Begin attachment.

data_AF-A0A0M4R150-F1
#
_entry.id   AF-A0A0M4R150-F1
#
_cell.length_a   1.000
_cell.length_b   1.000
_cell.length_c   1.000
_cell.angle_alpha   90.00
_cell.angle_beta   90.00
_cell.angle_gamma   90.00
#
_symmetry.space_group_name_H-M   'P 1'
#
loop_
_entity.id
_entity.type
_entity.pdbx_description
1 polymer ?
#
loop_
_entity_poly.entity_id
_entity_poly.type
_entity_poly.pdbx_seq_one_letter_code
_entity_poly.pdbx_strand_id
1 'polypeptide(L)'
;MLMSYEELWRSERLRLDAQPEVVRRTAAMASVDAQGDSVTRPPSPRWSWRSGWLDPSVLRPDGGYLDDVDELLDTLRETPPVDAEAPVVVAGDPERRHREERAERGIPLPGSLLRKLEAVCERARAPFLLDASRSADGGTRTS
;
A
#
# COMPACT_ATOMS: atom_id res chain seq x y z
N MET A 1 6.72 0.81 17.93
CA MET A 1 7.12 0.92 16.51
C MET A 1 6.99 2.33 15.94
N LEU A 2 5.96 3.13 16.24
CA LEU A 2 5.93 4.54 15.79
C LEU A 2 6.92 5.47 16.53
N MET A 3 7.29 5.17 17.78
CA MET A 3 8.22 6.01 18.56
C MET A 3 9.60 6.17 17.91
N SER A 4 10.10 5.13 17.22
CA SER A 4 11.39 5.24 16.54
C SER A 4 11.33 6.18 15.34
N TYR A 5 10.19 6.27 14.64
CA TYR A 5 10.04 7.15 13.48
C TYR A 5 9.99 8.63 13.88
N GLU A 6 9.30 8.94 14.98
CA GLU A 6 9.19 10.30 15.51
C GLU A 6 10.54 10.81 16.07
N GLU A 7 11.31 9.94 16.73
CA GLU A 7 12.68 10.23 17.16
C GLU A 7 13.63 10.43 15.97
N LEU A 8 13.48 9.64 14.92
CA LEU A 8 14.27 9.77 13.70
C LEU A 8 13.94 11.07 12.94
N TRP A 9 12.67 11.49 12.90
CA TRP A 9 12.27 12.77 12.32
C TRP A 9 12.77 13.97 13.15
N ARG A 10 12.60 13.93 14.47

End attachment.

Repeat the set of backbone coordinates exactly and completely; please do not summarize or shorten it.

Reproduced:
data_AF-A0A0M4R150-F1
#
_entry.id   AF-A0A0M4R150-F1
#
_cell.length_a   1.000
_cell.length_b   1.000
_cell.length_c   1.000
_cell.angle_alpha   90.00
_cell.angle_beta   90.00
_cell.angle_gamma   90.00
#
_symmetry.space_group_name_H-M   'P 1'
#
loop_
_entity.id
_entity.type
_entity.pdbx_description
1 polymer ?
#
loop_
_entity_poly.entity_id
_entity_poly.type
_entity_poly.pdbx_seq_one_letter_code
_entity_poly.pdbx_strand_id
1 'polypeptide(L)'
;MLMSYEELWRSERLRLDAQPEVVRRTAAMASVDAQGDSVTRPPSPRWSWRSGWLDPSVLRPDGGYLDDVDELLDTLRETPPVDAEAPVVVAGDPERRHREERAERGIPLPGSLLRKLEAVCERARAPFLLDASRSADGGTRTS
;
A
#
# COMPACT_ATOMS: atom_id res chain seq x y z
N MET A 1 6.72 0.81 17.93
CA MET A 1 7.12 0.92 16.51
C MET A 1 6.99 2.33 15.94
N LEU A 2 5.96 3.13 16.24
CA LEU A 2 5.93 4.54 15.79
C LEU A 2 6.92 5.47 16.53
N MET A 3 7.29 5.17 17.78
CA MET A 3 8.22 6.01 18.56
C MET A 3 9.60 6.17 17.91
N SER A 4 10.10 5.13 17.22
CA SER A 4 11.39 5.24 16.54
C SER A 4 11.33 6.18 15.34
N TYR A 5 10.19 6.27 14.64
CA TYR A 5 10.04 7.15 13.48
C TYR A 5 9.99 8.63 13.88
N GLU A 6 9.30 8.94 14.98
CA GLU A 6 9.19 10.30 15.51
C GLU A 6 10.54 10.81 16.07
N GLU A 7 11.31 9.94 16.73
CA GLU A 7 12.68 10.23 17.16
C GLU A 7 13.63 10.43 15.97
N LEU A 8 13.48 9.64 14.92
CA LEU A 8 14.27 9.77 13.70
C LEU A 8 13.94 11.07 12.94
N TRP A 9 12.67 11.49 12.90
CA TRP A 9 12.27 12.77 12.32
C TRP A 9 12.77 13.97 13.15
N ARG A 10 12.60 13.93 14.47